Thursday, March 22, 2001
BY BRIAN HICKS AND SCHUYLER KROPF
Of The Post and Courier staff
After 137 years missing in action, the remains of one member of the Hunley's final crew have been found by archaeologists.
On Wednesday, scientists excavating the Confederate submarine announced the discovery of three ribs poking through the clay-like silt in the sub's crew compartment. Dr. Doug Owsley, head of Physical Anthropology at the Smithsonian Institution, confirmed they were from the right side of a human - and are well-preserved.
The bones were found near the front of the submarine's crew compartment and were higher in the sediment than scientists expected to find them. In fact, they are not far under the hull plate that holds the snorkel box.
The bones are buried in sediment so scientists aren't yet sure whether the ribs are attached to other bones. For now, the ribs have been re-covered to keep them from deteriorating. They won't be removed until scientists are satisfied with a plan for excavating them.
Hunley officials were overjoyed with the discovery and said the remains will be handled with proper respect.
"These remains apparently were floating, and they appear to be above or over an object that might be a stool," Hunley Commission Chairman Glenn McConnell said Wednesday. "It gives me chills. We're starting to realize their final moments had to be terrifying and awful. That cabin was probably pitch black in the final moments. This lays to rest any question that the crew was not in the sub."
Bob Neyland, the project's manager, said archaeologists also have found a small patch of cloth about the size of a half-dollar and a few inches of a leather belt in the mid-section of the crew compartment.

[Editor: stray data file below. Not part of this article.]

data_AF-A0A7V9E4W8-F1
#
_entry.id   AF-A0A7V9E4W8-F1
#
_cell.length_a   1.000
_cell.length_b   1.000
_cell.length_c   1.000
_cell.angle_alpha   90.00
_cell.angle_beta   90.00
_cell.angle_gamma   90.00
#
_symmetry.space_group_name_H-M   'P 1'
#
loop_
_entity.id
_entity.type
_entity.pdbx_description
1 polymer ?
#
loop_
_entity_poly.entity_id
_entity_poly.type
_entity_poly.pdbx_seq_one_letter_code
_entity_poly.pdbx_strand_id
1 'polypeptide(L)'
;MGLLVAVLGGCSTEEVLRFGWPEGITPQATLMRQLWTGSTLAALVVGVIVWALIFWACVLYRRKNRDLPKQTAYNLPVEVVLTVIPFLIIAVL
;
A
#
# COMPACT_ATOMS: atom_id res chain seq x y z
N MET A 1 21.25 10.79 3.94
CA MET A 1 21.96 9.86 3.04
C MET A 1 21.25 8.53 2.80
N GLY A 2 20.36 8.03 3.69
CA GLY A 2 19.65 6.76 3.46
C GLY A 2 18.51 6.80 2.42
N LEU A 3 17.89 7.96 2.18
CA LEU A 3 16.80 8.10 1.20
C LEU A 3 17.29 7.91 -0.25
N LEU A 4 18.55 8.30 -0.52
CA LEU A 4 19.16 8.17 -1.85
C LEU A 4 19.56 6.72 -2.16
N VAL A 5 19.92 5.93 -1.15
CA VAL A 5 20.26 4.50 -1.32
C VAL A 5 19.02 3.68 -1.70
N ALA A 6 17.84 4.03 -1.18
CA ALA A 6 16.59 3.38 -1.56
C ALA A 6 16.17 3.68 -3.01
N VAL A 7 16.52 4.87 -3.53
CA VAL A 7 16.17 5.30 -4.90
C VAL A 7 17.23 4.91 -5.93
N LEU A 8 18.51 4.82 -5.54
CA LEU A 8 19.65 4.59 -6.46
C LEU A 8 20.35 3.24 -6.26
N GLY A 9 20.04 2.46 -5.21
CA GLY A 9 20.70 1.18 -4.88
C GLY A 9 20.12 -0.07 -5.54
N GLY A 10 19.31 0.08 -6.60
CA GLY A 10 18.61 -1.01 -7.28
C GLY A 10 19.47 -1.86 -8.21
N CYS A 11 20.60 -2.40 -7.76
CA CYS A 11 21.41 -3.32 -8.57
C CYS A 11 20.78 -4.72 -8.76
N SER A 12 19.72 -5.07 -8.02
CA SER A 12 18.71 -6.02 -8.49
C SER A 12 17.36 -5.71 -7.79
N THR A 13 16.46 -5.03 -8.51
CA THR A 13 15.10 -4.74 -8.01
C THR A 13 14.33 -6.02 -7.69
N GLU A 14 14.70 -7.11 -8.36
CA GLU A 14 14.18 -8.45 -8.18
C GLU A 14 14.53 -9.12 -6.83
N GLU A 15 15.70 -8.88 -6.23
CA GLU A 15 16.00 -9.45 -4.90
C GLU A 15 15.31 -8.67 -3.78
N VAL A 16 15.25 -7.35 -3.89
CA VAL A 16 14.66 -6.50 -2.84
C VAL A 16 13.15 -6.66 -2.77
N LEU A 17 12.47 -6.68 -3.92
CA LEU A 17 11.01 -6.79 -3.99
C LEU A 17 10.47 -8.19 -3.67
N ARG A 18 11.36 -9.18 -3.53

Scientists covered the patch of textile back up - it may be attached to more cloth. Two thread samples were recovered that Neyland says are in remarkable condition.
"The threads are in such great condition that if it wasn't found under all this sediment, we would have thought the threads to be from the present," Neyland said.
On Wednesday, chief archaeologist Maria Jacobsen climbed into the sub to excavate the area underneath the hull plate that holds the snorkel box - near the remains - to see if that plate could be removed. Scientists have removed three hull plates for their excavation. But this plate, just aft of the forward conning tower, is not homogenous.
While the others came off easily, Jacobsen found some unidentified machinery riveted to this plate, scrapping plans to remove it for now, Neyland said. The machinery could be related to the snorkels or the hand crank, the archaeologists surmise.
These new finds come only a day after scientists identified the controls for the aft ballast tank and a week after finding buttons from a crewman's jacket, the bench the crew sat on to crank the propeller and a medicine bottle.
Scientists expect to find the remains of the rest of the Hunley's crew lower in the submarine, possibly scattered on the floor of the crew compartment. Neyland said the discovery of remains this high up wasn't too much of a surprise.
"I've learned to quit predicting where the remains in shipwrecks will be," he said.
Used with permission of The Post and Courier and Charleston.Net